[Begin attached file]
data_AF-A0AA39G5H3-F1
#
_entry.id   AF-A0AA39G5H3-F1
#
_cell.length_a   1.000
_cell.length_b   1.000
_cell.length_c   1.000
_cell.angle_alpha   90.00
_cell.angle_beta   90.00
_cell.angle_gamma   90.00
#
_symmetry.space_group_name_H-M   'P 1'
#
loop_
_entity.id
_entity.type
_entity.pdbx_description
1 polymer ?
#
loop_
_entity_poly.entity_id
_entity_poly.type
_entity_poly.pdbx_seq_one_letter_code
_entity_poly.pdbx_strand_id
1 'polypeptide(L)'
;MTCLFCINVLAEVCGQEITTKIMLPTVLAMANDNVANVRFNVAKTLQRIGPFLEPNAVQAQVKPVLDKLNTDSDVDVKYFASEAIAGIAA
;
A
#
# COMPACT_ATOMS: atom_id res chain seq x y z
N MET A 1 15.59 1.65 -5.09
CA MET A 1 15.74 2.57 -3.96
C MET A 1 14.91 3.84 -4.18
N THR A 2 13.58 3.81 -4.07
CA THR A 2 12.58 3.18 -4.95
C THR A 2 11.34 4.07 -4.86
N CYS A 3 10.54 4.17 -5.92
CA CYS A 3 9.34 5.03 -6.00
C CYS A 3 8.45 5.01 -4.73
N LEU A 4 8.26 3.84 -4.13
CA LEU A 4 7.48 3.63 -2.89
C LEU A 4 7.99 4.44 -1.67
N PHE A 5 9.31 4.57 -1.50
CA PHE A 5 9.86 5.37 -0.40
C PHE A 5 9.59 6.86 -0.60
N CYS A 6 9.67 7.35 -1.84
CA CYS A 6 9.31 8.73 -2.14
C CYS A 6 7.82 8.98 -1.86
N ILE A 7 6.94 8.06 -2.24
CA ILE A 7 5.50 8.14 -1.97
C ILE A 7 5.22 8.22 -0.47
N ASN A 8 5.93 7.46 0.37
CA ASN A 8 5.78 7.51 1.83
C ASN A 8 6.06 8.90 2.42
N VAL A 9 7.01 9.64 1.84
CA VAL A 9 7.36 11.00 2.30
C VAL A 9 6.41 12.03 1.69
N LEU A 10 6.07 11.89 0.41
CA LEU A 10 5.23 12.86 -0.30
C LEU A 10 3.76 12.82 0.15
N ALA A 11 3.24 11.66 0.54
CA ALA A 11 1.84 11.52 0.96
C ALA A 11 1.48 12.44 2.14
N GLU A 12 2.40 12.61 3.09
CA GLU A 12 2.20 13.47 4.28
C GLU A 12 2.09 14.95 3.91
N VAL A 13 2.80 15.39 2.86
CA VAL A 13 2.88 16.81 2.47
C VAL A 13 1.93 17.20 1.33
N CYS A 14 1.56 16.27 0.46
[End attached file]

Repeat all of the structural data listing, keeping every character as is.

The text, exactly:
data_AF-A0AA39G5H3-F1
#
_entry.id   AF-A0AA39G5H3-F1
#
_cell.length_a   1.000
_cell.length_b   1.000
_cell.length_c   1.000
_cell.angle_alpha   90.00
_cell.angle_beta   90.00
_cell.angle_gamma   90.00
#
_symmetry.space_group_name_H-M   'P 1'
#
loop_
_entity.id
_entity.type
_entity.pdbx_description
1 polymer ?
#
loop_
_entity_poly.entity_id
_entity_poly.type
_entity_poly.pdbx_seq_one_letter_code
_entity_poly.pdbx_strand_id
1 'polypeptide(L)'
;MTCLFCINVLAEVCGQEITTKIMLPTVLAMANDNVANVRFNVAKTLQRIGPFLEPNAVQAQVKPVLDKLNTDSDVDVKYFASEAIAGIAA
;
A
#
# COMPACT_ATOMS: atom_id res chain seq x y z
N MET A 1 15.59 1.65 -5.09
CA MET A 1 15.74 2.57 -3.96
C MET A 1 14.91 3.84 -4.18
N THR A 2 13.58 3.81 -4.07
CA THR A 2 12.58 3.18 -4.95
C THR A 2 11.34 4.07 -4.86
N CYS A 3 10.54 4.17 -5.92
CA CYS A 3 9.34 5.03 -6.00
C CYS A 3 8.45 5.01 -4.73
N LEU A 4 8.26 3.84 -4.13
CA LEU A 4 7.48 3.63 -2.89
C LEU A 4 7.99 4.44 -1.67
N PHE A 5 9.31 4.57 -1.50
CA PHE A 5 9.86 5.37 -0.40
C PHE A 5 9.59 6.86 -0.60
N CYS A 6 9.67 7.35 -1.84
CA CYS A 6 9.31 8.73 -2.14
C CYS A 6 7.82 8.98 -1.86
N ILE A 7 6.94 8.06 -2.24
CA ILE A 7 5.50 8.14 -1.97
C ILE A 7 5.22 8.22 -0.47
N ASN A 8 5.93 7.46 0.37
CA ASN A 8 5.78 7.51 1.83
C ASN A 8 6.06 8.90 2.42
N VAL A 9 7.01 9.64 1.84
CA VAL A 9 7.36 11.00 2.30
C VAL A 9 6.41 12.03 1.69
N LEU A 10 6.07 11.89 0.41
CA LEU A 10 5.23 12.86 -0.30
C LEU A 10 3.76 12.82 0.15
N ALA A 11 3.24 11.66 0.54
CA ALA A 11 1.84 11.52 0.96
C ALA A 11 1.48 12.44 2.14
N GLU A 12 2.40 12.61 3.09
CA GLU A 12 2.20 13.47 4.28
C GLU A 12 2.09 14.95 3.91
N VAL A 13 2.80 15.39 2.86
CA VAL A 13 2.88 16.81 2.47
C VAL A 13 1.93 17.20 1.33
N CYS A 14 1.56 16.27 0.46